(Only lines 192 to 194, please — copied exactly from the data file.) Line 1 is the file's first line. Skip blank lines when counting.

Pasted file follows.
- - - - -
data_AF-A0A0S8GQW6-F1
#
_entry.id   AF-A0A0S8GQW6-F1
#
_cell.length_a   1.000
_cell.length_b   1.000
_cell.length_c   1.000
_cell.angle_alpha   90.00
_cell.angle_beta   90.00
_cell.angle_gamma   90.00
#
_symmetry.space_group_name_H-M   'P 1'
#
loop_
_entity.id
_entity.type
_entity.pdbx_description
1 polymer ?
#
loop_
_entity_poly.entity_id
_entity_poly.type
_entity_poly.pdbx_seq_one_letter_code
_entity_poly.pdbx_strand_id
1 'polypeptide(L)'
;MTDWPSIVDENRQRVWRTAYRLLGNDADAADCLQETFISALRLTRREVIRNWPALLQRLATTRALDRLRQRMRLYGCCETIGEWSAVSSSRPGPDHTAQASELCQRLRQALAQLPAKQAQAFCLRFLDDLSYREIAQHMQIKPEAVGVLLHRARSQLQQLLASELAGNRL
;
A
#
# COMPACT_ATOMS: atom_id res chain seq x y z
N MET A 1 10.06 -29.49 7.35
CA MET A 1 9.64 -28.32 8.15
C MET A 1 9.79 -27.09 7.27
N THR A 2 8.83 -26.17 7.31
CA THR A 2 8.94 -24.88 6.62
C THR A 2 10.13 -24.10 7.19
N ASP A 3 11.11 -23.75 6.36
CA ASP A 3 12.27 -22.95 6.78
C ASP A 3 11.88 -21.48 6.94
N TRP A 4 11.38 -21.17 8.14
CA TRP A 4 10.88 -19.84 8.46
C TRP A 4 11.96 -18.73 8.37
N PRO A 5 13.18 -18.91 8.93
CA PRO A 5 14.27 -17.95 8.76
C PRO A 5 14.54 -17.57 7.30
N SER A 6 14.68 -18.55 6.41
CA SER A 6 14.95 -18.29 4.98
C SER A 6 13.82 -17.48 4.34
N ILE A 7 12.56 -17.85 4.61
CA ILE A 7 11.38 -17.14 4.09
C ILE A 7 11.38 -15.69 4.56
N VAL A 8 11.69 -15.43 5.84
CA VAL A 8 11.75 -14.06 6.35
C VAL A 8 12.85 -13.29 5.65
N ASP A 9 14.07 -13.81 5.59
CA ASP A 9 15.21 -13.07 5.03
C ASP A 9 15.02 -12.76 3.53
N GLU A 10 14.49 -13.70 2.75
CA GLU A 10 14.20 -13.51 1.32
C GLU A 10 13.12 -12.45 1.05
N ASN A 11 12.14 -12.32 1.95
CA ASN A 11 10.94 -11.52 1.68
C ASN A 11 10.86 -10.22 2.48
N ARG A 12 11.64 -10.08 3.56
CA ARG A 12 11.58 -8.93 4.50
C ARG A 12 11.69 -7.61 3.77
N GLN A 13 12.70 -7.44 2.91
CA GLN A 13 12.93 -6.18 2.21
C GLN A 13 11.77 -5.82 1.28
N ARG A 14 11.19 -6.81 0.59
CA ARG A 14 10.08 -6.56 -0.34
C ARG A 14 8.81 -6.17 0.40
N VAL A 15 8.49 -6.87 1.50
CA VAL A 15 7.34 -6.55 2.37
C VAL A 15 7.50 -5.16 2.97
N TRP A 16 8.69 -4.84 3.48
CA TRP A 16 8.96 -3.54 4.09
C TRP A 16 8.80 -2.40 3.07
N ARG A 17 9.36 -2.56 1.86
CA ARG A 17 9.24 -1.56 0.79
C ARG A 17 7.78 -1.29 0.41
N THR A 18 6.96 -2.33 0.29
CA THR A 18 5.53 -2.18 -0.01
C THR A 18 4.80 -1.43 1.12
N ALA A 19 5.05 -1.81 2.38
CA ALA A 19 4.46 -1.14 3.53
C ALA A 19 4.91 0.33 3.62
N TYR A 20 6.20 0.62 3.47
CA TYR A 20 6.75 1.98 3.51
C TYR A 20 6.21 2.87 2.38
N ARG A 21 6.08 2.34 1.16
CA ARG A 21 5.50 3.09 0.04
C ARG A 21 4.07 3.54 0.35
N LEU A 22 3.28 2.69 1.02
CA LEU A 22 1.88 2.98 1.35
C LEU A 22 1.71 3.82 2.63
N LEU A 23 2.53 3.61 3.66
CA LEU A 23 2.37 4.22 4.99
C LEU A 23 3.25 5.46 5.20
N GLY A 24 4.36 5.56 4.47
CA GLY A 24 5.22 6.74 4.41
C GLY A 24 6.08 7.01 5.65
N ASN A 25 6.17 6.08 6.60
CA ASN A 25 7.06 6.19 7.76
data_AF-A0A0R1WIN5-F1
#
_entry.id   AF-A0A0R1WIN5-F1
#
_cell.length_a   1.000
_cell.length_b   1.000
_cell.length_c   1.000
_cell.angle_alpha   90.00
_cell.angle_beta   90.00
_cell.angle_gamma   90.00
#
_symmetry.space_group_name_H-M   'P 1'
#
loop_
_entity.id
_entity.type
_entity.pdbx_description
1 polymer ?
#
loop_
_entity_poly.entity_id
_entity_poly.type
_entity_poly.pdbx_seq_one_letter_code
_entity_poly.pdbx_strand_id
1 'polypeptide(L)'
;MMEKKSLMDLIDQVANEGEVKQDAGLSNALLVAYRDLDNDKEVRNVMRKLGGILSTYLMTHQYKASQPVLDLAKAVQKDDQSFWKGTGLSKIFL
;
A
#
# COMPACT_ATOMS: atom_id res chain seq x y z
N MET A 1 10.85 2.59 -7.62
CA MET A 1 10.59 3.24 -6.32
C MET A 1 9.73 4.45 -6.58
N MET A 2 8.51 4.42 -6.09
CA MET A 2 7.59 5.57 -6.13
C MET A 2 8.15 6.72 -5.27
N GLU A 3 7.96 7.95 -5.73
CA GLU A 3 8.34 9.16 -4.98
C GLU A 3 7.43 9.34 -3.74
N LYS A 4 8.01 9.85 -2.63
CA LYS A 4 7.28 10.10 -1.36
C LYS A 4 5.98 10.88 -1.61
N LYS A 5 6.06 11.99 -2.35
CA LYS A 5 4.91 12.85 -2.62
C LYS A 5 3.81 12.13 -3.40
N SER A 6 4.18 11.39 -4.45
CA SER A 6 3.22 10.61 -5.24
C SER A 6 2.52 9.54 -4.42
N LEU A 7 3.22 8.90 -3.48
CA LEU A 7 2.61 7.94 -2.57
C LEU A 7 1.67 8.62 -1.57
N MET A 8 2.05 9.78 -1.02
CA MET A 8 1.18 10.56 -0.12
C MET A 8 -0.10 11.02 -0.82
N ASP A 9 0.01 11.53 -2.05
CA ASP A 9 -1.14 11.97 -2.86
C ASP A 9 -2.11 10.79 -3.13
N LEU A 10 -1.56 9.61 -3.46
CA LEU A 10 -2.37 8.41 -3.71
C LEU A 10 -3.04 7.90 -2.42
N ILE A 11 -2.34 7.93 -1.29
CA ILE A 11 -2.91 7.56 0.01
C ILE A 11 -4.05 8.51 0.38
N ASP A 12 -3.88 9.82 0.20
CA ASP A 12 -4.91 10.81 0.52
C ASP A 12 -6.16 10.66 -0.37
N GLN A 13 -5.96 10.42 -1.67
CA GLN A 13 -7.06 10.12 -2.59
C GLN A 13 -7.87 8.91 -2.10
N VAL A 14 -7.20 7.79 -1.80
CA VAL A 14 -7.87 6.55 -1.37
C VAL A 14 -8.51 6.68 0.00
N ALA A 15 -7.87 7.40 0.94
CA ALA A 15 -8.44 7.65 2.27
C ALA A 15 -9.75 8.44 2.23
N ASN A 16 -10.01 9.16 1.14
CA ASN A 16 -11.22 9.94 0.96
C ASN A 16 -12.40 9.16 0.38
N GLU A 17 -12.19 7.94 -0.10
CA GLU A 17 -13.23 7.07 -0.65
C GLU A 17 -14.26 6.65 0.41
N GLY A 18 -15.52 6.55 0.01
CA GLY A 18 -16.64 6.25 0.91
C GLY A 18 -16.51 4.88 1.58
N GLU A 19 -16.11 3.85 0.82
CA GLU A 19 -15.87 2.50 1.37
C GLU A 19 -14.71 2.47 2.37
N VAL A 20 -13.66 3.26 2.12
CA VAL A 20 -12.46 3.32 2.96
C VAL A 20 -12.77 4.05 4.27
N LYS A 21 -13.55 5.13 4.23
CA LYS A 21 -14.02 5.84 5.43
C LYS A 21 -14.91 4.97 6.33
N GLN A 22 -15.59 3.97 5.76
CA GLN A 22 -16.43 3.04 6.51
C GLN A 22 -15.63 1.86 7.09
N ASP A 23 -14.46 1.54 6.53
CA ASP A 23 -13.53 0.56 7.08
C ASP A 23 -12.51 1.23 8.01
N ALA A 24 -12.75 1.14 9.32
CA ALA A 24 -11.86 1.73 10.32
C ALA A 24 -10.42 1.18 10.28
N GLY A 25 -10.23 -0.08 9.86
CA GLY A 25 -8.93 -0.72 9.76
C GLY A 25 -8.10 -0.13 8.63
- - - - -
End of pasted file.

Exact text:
N VAL A 20 -13.66 3.26 2.12
CA VAL A 20 -12.46 3.32 2.96
C VAL A 20 -12.77 4.05 4.27